More than two years after the start of the Arab Awakening, what are the prospects for further peaceful change? Can new governments cope with the high expectations of so many people, and will the positive developments be sustained?
Prof Paul Rogers is a biologist by academic origin, and Oxford Research Group’s Global Security Consultant. He has worked in the field of international security, arms control and political violence for over 30 years. He lectures at universities and defence colleges in several countries and has written or edited 26 books. He writes monthly Briefings for the ORG website analysing the international security situation, and Reports for ORG on international security and the ‘war on terror’. He is a regular commentator on global security issues in both the national and international media, and is International Security Editor for Open Democracy.
Saturday 11 May 2013
Judith Kirton-Darling Confederal Secretary of the European Trade Union Confederation
‘Alternatives to Austerity: a sustainable new deal?’
From a European Trade Union perspective, Judith will examine how far sustainable, green economics might offer an alternative to current Europe-wide austerity policies.
Judith Kirton-Darling After graduating from the University of Sheffield in Social and Political Studies, Judith was a Programme Assistant at the Quaker Council for European Affairs, responsible for their human rights and social policy. She has worked inside the trade union movement for over a decade. In May 2011 she was elected Confederal Secretary to the European Trade Union Confederation. The ETUC – the only EU-wide representative cross-sectoral trade union organisation – was set up in 1973 to promote the interests of working people at European level and to represent their 60 million members in the EU institutions. The process of European integration, with the euro and the growing impact of EU legislation on daily life, has changed the setting in which trade unions operate.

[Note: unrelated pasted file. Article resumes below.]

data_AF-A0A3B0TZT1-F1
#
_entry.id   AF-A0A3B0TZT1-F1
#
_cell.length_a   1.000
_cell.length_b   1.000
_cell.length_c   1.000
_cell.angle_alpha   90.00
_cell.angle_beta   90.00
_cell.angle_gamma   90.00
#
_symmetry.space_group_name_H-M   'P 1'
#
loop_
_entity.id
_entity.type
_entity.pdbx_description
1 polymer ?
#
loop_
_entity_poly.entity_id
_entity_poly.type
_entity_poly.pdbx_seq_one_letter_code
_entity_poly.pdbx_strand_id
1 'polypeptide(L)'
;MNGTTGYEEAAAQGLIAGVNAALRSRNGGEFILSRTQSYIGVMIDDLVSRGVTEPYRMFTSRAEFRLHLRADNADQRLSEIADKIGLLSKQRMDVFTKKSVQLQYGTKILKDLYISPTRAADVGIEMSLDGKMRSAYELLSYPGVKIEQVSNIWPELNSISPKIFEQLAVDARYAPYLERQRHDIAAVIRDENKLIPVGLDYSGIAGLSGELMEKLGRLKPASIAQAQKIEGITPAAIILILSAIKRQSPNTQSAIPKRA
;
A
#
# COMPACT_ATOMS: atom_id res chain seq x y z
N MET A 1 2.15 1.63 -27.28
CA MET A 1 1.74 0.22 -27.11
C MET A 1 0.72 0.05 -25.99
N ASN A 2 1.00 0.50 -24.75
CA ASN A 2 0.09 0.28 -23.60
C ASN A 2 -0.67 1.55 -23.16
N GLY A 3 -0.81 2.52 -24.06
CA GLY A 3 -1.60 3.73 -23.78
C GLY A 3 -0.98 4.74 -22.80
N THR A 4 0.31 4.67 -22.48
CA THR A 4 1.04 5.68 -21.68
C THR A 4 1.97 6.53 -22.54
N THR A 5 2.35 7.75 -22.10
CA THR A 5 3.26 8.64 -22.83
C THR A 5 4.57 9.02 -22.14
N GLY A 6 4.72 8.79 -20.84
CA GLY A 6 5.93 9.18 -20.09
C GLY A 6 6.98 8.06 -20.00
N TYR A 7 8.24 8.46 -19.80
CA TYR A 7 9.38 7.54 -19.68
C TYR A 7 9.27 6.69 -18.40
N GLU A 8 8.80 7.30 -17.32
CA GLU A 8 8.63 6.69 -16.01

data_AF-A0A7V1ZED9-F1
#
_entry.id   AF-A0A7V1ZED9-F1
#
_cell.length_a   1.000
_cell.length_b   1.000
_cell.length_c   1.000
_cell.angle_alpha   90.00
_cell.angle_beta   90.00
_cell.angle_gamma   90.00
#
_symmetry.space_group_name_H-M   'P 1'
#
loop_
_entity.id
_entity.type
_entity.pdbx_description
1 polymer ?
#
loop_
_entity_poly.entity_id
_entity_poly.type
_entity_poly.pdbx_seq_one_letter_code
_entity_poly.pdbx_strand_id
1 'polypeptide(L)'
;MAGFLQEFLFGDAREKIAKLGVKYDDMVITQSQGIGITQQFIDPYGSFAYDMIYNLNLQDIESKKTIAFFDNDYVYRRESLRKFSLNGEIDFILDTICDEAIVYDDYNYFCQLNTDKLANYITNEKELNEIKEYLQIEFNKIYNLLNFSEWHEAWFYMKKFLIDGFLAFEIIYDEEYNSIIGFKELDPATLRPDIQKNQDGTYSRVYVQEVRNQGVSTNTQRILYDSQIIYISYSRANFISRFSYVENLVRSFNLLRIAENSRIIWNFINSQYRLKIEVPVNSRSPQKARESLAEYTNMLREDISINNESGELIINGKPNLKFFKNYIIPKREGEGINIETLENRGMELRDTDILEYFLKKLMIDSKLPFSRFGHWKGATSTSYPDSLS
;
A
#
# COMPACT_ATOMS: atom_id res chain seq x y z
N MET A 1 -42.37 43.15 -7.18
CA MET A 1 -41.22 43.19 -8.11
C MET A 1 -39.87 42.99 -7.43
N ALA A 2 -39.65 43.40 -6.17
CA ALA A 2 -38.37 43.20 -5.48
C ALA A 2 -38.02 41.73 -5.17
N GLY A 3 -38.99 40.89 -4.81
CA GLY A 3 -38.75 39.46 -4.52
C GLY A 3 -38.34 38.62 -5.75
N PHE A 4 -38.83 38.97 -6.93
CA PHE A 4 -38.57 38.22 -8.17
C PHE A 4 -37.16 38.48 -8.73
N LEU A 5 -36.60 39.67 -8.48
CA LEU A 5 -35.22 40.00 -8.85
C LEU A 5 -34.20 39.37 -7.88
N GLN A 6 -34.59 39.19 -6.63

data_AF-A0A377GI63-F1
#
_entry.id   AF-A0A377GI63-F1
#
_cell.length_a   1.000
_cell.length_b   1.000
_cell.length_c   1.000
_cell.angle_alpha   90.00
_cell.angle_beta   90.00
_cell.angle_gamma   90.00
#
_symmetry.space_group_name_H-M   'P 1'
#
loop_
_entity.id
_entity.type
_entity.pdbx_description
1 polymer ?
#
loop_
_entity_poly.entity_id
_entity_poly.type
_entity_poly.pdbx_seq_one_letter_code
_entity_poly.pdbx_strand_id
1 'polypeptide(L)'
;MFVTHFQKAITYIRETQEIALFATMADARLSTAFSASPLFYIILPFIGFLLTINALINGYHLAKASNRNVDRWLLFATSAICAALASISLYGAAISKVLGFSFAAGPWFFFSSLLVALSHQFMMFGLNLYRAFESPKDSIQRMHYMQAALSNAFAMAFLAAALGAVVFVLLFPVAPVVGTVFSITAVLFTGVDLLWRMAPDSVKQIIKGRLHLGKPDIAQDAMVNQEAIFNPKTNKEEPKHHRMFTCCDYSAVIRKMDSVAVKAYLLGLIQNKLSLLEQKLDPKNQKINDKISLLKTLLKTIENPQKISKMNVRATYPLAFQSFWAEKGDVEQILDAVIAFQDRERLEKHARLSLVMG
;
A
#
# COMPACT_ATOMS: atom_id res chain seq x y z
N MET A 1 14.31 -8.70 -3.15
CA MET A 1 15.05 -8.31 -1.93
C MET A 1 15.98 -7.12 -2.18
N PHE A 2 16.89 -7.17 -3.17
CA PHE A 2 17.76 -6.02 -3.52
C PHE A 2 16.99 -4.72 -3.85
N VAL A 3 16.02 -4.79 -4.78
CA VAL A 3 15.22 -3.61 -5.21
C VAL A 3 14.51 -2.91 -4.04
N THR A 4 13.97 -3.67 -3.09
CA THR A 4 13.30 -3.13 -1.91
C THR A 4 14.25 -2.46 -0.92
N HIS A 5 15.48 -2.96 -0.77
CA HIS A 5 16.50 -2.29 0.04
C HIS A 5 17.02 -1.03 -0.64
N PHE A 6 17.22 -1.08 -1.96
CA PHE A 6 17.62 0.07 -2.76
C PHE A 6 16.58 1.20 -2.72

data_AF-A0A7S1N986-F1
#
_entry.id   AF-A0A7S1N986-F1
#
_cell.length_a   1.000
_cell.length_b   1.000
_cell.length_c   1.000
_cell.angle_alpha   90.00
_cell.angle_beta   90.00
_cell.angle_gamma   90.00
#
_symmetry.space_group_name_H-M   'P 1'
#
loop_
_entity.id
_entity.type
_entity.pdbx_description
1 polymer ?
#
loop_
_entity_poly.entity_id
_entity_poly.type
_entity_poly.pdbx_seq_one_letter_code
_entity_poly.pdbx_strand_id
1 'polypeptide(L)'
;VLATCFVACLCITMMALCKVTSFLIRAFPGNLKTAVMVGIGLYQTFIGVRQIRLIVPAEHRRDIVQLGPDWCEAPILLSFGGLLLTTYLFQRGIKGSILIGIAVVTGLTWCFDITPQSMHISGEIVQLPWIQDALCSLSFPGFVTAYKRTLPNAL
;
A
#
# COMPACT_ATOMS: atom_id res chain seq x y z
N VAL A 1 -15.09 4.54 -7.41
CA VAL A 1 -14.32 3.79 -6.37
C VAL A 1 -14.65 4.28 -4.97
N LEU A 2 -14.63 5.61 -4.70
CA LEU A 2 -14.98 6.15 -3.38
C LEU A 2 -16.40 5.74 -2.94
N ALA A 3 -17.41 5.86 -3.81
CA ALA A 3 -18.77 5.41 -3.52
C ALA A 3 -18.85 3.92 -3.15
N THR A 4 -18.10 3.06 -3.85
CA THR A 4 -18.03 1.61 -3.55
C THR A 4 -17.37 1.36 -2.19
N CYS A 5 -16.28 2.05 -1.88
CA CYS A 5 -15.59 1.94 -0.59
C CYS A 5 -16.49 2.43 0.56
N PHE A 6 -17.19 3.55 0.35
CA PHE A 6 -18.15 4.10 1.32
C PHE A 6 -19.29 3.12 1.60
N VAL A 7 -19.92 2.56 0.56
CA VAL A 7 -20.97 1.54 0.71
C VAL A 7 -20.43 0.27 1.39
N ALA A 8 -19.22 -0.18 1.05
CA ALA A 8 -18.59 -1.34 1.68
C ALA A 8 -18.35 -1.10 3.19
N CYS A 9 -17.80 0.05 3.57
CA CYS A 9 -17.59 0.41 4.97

Saturday 8 June 2013
Mike Lewis Policy advisor on tax justice for Action Aid
Death and taxes: what the UK can do to end tax haven secrecy
Tax havens, and the offshore financial system they maintain, are not just ways to conceal wealth from the taxman. Their secrecy sustains the corporate structures and money-flows that fuel conflict and cause poverty. Mike Lewis will trace the fingerprints of tax havens on malnutrition and war crimes – and suggest what we can do about it.
Mike Lewis With a background in corporate investigation and humanitarian action, Mike has worked for Oxfam, Amnesty International and the UN, researching international aid, the role of business in conflict, corporate crime and financial secrecy in Africa and Asia. His work has focussed on documenting weapons trafficking, conflict financing, corporate and financial networks, and human rights violations in conflicts. He is a former member of the UN Panel of Experts on Sudan, where he was deployed as a Security Council investigator on the Darfur conflict. He now advises Action Aid’s widely-respected work on tax and tax-avoidance in the developing world.